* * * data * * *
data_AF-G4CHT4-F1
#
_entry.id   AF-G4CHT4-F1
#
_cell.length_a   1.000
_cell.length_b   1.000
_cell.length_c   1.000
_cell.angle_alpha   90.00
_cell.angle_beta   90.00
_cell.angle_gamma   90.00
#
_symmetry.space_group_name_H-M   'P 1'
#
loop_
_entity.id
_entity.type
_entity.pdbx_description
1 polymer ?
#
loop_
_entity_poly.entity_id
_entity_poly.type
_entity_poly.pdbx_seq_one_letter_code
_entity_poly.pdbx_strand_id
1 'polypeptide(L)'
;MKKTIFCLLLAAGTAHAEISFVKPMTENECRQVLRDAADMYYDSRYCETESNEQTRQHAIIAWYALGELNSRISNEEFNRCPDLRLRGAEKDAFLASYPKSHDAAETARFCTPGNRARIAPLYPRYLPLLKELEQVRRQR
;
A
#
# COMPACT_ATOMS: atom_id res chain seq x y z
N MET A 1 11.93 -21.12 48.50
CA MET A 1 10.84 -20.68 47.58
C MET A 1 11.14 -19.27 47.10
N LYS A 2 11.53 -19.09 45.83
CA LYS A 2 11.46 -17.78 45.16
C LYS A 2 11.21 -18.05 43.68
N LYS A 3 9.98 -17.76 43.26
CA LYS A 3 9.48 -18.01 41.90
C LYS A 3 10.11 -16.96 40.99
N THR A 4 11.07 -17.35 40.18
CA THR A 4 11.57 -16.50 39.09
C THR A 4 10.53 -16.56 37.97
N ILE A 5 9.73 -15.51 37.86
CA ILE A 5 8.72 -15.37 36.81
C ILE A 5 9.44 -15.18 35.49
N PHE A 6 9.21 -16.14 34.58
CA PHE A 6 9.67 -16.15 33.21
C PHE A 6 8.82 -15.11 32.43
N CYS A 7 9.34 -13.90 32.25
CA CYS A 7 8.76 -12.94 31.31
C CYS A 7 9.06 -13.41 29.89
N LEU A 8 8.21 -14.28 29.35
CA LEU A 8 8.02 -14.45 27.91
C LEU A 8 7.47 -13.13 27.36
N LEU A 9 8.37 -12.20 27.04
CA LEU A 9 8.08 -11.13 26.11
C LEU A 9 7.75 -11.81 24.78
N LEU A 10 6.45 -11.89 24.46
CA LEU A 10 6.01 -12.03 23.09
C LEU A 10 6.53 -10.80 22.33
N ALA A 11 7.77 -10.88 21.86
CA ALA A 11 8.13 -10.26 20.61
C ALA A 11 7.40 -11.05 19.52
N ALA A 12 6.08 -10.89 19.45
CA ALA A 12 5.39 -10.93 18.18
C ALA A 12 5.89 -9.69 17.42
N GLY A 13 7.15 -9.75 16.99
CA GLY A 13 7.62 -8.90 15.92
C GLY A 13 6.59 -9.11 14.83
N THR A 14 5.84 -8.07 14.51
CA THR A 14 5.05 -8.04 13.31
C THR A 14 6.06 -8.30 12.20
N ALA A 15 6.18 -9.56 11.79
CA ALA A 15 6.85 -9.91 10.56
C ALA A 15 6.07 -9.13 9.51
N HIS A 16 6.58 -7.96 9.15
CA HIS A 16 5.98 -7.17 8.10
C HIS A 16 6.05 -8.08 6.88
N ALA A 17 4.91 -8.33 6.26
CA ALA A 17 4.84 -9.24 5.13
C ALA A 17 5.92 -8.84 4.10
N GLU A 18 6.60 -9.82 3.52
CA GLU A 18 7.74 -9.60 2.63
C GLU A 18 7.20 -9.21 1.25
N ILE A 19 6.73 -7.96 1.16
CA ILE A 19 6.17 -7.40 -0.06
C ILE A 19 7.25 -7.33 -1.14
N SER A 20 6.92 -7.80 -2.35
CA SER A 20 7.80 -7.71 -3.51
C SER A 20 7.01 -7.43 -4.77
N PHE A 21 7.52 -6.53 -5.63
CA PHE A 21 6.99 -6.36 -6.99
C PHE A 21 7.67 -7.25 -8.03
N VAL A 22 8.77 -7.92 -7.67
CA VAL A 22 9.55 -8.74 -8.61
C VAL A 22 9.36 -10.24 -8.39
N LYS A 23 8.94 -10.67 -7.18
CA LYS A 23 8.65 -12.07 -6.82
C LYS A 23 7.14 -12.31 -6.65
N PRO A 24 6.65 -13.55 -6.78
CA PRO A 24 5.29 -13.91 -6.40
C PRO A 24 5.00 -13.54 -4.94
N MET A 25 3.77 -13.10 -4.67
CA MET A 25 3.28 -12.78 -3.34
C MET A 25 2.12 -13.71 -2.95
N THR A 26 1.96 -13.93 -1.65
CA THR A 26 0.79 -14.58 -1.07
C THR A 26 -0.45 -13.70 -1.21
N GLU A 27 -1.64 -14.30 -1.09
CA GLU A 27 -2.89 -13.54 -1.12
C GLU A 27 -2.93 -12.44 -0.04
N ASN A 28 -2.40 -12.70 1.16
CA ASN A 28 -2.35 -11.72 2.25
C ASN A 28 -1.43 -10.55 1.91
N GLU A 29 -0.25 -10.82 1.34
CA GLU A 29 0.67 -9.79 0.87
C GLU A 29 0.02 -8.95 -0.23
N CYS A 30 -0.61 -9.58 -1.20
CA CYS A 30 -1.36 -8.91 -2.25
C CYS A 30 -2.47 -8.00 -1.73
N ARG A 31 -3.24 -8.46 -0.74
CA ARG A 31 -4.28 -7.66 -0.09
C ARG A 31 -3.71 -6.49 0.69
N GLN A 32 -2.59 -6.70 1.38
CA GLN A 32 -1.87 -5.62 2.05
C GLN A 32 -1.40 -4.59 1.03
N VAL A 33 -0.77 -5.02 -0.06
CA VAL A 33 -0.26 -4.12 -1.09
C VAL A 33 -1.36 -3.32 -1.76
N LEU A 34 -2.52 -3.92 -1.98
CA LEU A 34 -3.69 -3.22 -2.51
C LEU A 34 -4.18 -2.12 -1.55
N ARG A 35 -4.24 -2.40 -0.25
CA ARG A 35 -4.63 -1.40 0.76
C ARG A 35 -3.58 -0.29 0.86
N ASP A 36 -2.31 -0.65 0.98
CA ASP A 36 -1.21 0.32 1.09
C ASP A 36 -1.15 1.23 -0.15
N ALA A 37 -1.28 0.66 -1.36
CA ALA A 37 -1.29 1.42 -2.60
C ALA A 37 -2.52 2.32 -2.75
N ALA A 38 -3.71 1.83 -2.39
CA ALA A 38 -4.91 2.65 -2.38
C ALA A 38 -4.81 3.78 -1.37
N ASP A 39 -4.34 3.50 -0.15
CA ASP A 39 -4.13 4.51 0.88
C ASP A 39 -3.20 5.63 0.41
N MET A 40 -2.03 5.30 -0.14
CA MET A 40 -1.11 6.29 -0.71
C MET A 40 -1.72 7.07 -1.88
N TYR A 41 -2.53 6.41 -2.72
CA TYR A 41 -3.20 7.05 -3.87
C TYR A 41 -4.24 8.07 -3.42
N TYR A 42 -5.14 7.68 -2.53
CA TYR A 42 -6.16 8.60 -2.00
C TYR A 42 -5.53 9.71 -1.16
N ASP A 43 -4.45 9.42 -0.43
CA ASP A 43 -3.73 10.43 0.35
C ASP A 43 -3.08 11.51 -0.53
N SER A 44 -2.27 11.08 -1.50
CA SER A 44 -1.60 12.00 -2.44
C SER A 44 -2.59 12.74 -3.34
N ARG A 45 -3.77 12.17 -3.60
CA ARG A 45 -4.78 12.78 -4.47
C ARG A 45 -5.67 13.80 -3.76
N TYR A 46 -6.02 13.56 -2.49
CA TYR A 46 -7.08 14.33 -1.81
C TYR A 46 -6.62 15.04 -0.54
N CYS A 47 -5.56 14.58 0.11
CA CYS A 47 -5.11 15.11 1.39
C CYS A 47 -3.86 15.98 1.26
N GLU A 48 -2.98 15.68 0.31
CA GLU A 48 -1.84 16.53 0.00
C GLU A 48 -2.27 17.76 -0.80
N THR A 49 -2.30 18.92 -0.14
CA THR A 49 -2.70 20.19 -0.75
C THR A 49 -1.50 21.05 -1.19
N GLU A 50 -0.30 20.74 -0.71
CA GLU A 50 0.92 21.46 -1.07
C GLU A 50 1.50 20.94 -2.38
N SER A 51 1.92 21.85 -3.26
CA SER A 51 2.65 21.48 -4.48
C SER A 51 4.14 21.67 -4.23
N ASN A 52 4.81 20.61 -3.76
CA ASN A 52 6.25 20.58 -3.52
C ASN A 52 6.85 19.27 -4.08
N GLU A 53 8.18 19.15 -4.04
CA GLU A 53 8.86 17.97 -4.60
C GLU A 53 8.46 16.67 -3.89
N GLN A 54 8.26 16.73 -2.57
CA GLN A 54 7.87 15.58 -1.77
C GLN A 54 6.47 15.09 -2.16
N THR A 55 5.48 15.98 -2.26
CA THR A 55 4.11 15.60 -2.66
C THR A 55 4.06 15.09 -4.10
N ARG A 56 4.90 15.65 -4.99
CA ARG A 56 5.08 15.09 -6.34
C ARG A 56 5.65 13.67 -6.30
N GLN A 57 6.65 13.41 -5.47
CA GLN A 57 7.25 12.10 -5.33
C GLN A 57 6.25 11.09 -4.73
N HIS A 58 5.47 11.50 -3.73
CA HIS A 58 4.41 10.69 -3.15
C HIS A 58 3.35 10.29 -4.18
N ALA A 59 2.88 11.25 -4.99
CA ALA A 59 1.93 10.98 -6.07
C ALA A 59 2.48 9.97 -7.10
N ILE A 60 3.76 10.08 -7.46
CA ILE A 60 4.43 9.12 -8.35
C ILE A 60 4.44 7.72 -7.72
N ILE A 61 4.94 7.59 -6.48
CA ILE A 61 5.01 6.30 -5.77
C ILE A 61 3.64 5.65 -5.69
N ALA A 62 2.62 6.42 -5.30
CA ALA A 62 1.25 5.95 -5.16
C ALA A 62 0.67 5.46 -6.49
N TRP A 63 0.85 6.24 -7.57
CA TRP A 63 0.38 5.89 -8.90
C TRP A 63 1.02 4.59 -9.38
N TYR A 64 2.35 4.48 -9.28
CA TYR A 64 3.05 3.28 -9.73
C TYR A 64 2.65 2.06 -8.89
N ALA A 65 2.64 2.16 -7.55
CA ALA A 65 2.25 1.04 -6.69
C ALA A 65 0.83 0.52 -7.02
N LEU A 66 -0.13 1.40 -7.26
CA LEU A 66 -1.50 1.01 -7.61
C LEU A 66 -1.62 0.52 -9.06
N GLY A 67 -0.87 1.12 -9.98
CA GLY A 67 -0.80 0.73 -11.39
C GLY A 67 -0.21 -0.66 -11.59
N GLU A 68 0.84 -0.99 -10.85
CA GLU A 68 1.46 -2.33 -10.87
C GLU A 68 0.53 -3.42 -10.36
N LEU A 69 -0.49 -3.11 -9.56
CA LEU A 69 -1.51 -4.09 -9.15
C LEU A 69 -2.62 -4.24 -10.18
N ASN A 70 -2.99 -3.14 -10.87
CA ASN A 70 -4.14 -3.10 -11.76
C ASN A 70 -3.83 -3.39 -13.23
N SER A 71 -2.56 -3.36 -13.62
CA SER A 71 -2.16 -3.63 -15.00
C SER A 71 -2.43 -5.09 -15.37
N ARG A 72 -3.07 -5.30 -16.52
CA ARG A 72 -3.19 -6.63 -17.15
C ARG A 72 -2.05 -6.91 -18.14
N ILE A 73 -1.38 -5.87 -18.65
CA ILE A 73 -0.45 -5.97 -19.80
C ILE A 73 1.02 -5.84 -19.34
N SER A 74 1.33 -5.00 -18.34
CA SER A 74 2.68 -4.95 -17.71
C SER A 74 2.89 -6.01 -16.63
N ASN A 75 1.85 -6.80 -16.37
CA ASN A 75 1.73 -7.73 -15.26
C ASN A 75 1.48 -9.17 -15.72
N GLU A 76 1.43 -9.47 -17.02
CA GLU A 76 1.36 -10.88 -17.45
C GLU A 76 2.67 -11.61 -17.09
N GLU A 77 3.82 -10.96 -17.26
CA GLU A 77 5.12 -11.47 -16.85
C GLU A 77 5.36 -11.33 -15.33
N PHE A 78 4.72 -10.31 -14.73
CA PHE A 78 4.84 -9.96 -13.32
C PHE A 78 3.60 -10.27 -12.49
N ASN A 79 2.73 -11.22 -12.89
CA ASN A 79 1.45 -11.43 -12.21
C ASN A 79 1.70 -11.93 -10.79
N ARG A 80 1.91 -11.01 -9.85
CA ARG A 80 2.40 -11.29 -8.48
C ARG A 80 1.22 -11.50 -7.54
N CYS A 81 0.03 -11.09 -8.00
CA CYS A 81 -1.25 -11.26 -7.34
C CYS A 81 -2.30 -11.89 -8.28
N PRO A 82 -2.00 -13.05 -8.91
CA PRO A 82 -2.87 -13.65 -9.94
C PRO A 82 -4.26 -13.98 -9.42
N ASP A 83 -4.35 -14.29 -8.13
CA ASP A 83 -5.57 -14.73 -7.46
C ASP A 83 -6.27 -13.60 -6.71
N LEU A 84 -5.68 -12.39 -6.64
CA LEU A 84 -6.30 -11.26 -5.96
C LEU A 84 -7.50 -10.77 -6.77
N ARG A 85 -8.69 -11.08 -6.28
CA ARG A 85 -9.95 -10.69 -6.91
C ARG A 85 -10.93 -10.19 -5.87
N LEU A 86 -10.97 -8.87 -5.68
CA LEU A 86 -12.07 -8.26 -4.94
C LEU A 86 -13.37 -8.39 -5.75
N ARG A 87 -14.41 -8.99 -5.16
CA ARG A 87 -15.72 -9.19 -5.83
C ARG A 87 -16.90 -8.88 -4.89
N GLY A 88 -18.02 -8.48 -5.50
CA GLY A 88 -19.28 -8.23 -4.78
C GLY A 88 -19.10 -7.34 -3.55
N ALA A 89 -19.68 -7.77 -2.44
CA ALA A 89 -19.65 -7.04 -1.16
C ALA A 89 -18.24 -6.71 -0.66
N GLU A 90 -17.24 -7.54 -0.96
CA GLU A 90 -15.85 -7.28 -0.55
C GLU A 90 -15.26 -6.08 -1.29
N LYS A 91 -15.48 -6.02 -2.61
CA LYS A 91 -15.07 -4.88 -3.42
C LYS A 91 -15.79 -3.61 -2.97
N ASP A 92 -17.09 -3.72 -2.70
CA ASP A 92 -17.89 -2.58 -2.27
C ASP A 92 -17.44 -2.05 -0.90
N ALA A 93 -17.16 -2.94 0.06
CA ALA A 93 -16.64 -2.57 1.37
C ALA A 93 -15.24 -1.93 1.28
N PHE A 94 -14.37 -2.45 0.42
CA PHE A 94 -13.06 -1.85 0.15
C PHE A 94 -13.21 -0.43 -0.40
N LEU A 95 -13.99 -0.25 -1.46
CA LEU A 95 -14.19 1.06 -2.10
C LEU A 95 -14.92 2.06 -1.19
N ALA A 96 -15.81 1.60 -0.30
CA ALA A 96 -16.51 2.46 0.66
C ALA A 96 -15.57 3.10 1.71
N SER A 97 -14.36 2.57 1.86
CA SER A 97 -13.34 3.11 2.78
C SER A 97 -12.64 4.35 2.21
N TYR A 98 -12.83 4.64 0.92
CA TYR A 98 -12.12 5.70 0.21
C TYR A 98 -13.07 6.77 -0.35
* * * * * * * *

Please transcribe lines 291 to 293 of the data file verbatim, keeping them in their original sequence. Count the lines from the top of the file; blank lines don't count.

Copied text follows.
C ARG A 87 -16.90 -8.88 -4.89
N GLY A 88 -18.02 -8.48 -5.50
CA GLY A 88 -19.28 -8.23 -4.78